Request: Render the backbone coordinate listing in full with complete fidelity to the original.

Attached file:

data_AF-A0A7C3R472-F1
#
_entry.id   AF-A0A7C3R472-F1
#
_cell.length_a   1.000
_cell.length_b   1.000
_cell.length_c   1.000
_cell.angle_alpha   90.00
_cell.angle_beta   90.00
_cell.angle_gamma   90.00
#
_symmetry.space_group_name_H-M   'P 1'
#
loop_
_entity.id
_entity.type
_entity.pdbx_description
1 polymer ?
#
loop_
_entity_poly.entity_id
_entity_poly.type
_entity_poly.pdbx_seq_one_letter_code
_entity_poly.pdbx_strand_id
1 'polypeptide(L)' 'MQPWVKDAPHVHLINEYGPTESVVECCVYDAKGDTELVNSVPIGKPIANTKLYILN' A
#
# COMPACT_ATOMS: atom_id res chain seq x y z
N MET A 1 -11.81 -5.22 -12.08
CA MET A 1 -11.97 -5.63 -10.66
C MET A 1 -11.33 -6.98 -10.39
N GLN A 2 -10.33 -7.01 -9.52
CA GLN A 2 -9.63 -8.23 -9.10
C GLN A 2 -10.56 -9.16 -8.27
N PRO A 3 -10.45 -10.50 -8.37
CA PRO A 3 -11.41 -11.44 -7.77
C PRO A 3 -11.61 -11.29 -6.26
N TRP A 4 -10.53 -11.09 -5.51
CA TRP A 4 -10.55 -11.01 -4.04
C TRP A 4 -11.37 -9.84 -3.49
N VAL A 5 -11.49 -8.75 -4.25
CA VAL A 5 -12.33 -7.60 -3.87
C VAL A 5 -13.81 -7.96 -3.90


data_AF-A0A7C3R472-F1
#
_entry.id   AF-A0A7C3R472-F1
#
_cell.length_a   1.000
_cell.length_b   1.000
_cell.length_c   1.000
_cell.angle_alpha   90.00
_cell.angle_beta   90.00
_cell.angle_gamma   90.00
#
_symmetry.space_group_name_H-M   'P 1'
#
loop_
_entity.id
_entity.type
_entity.pdbx_description
1 polymer ?
#
loop_
_entity_poly.entity_id
_entity_poly.type
_entity_poly.pdbx_seq_one_letter_code
_entity_poly.pdbx_strand_id
1 'polypeptide(L)' 'MQPWVKDAPHVHLINEYGPTESVVECCVYDAKGDTELVNSVPIGKPIANTKLYILN' A
#
# COMPACT_ATOMS: atom_id res chain seq x y z
N MET A 1 -11.81 -5.22 -12.08
CA MET A 1 -11.97 -5.63 -10.66
C MET A 1 -11.33 -6.98 -10.39
N GLN A 2 -10.33 -7.01 -9.52
CA GLN A 2 -9.63 -8.23 -9.10
C GLN A 2 -10.56 -9.16 -8.27
N PRO A 3 -10.45 -10.50 -8.37
CA PRO A 3 -11.41 -11.44 -7.77
C PRO A 3 -11.61 -11.29 -6.26
N TRP A 4 -10.53 -11.09 -5.51
CA TRP A 4 -10.55 -11.01 -4.04
C TRP A 4 -11.37 -9.84 -3.49
N VAL A 5 -11.49 -8.75 -4.25
CA VAL A 5 -12.33 -7.60 -3.87
C VAL A 5 -13.81 -7.96 -3.90